radar A system which uses radio waves to find the position of objects which cannot be seen.
RAF Acronym of Royal Air Force.
rammer (from Ken Harmon) Someone employed to drive, batter, or crush by forceful impact, probably in loading the breech of a large gun, or the plunger or piston of a force pump or hydraulic press.
ramp Bottom-hinged, sloping door at the front of a landing craft, dropped to allow rapid disembarkation.
rank Military ranks of United Kingdom army from lowest to highest reads: Private, Lance Corporal, Corporal, Sergeant, Staff/Colour Sergeant, Warrant Officer (1st/2nd Class), Second Lieutenant, Lieutenant, Captain, Major, Lieutenant Colonel, Colonel, Brigadier, Major General, Lieutenant General, General, Field Marshall.
RASC Acronym of Royal Army Service Corps
Rawalpindi (HMS)

In early November 1939 the Rawalpindi set out from Tilbury to Scapa Flow in North Scotland to escort convoys on the North Atlantic route. On 23 November, disaster struck the Rawalpindi as it was patrolling the North Sea to the north of Faroe.

It was intercepted by the German battleships, Scharnhorst and Gneisenau. The Rawalpindi didn't stand a chance against these superior battleships and after a brave fight was sunk in the cold, grey waters. There were 38 survivors, but sadly 238 went down with the ship. This was only the second naval action in WW2.

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recce An inspection or exploration of an area, especially one made to gather military information. French, from Old French reconoissance, recognition, from reconoistre, reconoiss-, to recognize. Reconnaissance (by shortening). Pronounced 'recky'.
recoil The sudden backward movement that a gun makes when it is fired.
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Regiment A military unit of ground troops consisting of at least two battalions, usually commanded by a colonel.
Renown (HMS)

HMS Renown was the lead ship of a class of two 26,500-ton battlecruisers of the Royal Navy. She was built at Glasgow, Scotland. Completed in September 1916, she served with the Grand Fleet in the North Sea during the remaining two years of World War I. During 1923-26, she was extensively refitted to increase her protection against gunfire and torpedoes.

After a decade of further service, Renown was again reconstructed, greatly changing her appearance and giving her a modern anti-aircraft gun battery, much enhanced aircraft-handling facilities and up-to-date gunfire controls. This work was completed in September 1939, just after the outbreak of the Second World War. Renown's high speed made her a valuable asset during World War II. In late 1939, she was sent to the South Atlantic to search for the German pocket battleship Admiral Graf Spee.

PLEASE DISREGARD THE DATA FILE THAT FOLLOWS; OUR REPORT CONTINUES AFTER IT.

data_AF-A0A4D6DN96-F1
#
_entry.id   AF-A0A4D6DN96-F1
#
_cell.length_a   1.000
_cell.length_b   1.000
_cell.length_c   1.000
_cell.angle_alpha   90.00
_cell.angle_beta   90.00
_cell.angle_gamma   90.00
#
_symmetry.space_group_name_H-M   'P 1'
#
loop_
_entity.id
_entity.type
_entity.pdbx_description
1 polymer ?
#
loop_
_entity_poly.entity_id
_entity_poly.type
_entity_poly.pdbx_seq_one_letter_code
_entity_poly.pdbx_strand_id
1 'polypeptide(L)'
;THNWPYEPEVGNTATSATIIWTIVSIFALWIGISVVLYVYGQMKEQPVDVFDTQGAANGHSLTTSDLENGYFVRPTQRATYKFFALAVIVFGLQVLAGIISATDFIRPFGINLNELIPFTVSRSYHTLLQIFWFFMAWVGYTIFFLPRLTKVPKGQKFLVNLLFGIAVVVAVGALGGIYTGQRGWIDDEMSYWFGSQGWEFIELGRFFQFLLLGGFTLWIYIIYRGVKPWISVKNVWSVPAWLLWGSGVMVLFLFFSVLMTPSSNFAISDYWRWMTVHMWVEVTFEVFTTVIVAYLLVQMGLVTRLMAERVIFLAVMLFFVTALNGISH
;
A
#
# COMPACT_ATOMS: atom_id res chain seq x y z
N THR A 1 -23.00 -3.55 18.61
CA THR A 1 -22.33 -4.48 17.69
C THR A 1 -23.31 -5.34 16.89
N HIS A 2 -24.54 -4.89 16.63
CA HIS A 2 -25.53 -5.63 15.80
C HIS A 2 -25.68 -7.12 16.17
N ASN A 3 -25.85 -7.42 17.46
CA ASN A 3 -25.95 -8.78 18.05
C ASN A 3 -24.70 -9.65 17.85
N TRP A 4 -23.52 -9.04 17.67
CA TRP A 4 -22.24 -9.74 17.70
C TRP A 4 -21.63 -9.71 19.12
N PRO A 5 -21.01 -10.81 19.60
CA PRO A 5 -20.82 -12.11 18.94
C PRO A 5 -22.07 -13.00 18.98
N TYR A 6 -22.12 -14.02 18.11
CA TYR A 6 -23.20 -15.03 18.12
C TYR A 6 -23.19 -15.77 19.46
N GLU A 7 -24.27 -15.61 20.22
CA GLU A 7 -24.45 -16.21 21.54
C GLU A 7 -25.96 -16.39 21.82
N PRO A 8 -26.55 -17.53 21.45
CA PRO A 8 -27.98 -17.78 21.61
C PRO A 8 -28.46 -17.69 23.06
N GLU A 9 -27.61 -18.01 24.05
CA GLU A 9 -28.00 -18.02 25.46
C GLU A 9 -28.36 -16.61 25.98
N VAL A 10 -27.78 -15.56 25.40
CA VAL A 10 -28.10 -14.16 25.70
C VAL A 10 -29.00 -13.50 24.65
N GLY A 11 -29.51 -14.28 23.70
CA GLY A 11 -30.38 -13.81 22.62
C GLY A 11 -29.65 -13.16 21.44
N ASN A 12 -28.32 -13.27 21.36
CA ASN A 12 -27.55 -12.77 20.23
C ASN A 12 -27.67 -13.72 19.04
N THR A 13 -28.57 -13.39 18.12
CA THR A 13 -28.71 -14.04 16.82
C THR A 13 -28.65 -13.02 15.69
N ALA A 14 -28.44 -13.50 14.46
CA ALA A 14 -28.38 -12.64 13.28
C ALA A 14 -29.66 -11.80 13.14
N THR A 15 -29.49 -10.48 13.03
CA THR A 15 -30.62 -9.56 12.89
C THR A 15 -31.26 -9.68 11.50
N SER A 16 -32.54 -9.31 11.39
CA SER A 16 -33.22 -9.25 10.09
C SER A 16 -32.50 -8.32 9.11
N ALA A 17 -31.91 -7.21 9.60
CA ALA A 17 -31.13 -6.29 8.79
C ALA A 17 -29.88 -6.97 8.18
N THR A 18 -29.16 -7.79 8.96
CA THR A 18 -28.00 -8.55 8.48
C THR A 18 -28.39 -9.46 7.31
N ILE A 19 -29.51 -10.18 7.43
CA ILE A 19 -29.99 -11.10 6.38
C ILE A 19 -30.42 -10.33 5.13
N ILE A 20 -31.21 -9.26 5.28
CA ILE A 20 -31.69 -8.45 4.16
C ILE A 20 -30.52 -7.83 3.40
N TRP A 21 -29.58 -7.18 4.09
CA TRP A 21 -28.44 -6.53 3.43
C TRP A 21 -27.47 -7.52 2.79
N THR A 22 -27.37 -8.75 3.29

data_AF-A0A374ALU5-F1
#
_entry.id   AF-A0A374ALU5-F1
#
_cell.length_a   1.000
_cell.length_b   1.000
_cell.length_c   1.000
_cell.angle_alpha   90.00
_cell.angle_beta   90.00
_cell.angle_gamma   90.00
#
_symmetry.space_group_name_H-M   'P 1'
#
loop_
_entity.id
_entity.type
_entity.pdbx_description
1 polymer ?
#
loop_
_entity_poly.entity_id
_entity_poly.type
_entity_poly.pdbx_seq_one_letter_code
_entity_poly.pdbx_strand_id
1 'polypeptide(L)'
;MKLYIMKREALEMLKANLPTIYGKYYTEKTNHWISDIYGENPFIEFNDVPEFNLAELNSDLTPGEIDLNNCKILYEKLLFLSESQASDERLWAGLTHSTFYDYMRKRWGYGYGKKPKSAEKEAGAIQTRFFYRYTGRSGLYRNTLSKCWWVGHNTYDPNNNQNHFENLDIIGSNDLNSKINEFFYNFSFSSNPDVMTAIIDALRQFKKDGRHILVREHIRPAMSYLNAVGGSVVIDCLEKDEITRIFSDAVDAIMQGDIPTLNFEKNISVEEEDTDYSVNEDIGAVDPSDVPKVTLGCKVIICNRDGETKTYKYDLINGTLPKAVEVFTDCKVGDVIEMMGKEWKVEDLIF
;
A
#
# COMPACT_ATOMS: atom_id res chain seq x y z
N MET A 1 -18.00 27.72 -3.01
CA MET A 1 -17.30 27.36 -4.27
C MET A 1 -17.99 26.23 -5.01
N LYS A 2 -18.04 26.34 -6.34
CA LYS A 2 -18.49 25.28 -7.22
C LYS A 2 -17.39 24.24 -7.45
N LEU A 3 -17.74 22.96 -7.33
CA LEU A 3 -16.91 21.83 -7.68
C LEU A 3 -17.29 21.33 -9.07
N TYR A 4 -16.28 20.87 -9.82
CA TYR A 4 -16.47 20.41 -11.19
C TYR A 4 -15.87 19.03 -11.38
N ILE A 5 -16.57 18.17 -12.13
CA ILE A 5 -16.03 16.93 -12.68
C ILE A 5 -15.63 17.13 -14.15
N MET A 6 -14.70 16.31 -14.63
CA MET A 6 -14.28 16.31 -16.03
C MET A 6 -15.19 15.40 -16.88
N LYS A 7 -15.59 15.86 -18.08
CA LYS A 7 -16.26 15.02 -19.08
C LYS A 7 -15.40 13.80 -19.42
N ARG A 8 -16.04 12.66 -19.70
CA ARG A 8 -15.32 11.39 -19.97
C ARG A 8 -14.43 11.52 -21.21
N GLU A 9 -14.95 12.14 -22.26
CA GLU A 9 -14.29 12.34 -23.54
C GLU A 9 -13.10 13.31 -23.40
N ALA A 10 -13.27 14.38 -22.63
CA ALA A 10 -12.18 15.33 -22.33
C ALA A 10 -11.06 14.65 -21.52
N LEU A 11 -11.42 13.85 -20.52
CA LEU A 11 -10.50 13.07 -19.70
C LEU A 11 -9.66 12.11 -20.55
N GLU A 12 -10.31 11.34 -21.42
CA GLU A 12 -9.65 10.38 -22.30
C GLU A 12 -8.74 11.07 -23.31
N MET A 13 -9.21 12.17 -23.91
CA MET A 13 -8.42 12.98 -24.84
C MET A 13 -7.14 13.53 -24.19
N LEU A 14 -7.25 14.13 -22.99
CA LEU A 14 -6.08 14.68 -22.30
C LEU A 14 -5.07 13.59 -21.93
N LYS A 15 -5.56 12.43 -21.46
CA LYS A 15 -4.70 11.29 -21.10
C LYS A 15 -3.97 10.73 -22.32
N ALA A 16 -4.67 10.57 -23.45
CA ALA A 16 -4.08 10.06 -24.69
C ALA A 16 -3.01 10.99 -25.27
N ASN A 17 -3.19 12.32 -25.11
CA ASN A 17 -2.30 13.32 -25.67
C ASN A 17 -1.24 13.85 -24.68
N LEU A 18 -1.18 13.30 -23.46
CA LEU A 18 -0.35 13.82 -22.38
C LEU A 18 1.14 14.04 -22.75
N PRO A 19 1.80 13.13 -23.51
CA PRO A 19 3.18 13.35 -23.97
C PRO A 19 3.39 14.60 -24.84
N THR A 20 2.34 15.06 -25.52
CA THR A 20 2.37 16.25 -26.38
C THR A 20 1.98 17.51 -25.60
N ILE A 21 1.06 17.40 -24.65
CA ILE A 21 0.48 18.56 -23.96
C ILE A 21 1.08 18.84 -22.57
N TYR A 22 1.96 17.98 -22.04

She covered minelaying operations along the Norwegian coast in early April 1940 and, on the 9th of that month, engaged the German battlecruisers (or light battleships) Scharnhorst and Gneisenau, damaging the latter. Later in 1940 and into 1941, she operated with Force "H", based at Gibraltar to provide strategic presence in both the Atlantic and Mediterranean.

While with Force "H", she participated in a bombardment of Genoa, Italy, in February 1941. After Home Fleet service in 1942-43, Renown was sent to join the Eastern Fleet in the Indian Ocean. Operating from Ceylon in 1944-45, she helped contain the Japanese in the East Indies.

reveille Wake up call. The sounding of a bugle early in the morning to awaken and summon people in a camp or garrison. Alteration of French réveillez, second person plural imperative of réveiller, to wake. Pronounced in the Anglicised way as 'rivally'.

Rifling is the means by which a firearm gyroscopically stabilizes a projectile. Most rifling is created by a number of grooves that have been cut with a machine tool, pressed or forged into the barrel of the weapon. The grooves are the spaces that are cut out, and each of the ridges sticking up is a 'land'.

These lands and grooves can vary in number, depth, shape, direction of twist ('right' or 'left'), and 'twistiness' (turns per unit of barrel length). The spin imparted by rifling significantly improves the stability of the trajectory, improving both range and accuracy.

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Rommell (Erwin)

Rommel, Erwin, 1891-1944, German field marshal. He entered the army in 1910 and rose slowly through the ranks. In 1939, Adolf Hitler made him a general. Rommel brilliantly commanded an armored division in the attack (1940) on France. In Feb., 1941, he took the specially trained tank corps, the Afrika Korps, into Libya. For his successes there he was made field marshal and earned the name 'the desert fox.'

In 1942 he pressed almost to Alexandria, Egypt, but was stalled by fierce British resistance and lack of supplies. A British offensive overwhelmed (October to November 1942) the German forces at Alamein (see North Africa, campaigns in). Rommel was recalled to Germany before the Afrika Korps's final defeat. He was a commander in N France when the Allies invaded Normandy in June, 1944.

Allied success led Rommel, who had lost his respect for Hitler, to agree to a plot to remove Hitler from office. Wounded in an air raid in July, he had just recovered when he was forced to take poison because of his part in the attempt on Hitler's life in July, 1944.

Roosevelt, Franklin D. Franklin D. Roosevelt (1882-1945), the 32nd President of the United States. Also known by his initials, FDR was a central figure in world events during the mid-20th century, leading the United States during a time of worldwide economic crisis and world war. He worked closely with Winston Churchill and Joseph Stalin in leading the Allies against Germany and Japan in World War II, he died just as victory was in sight.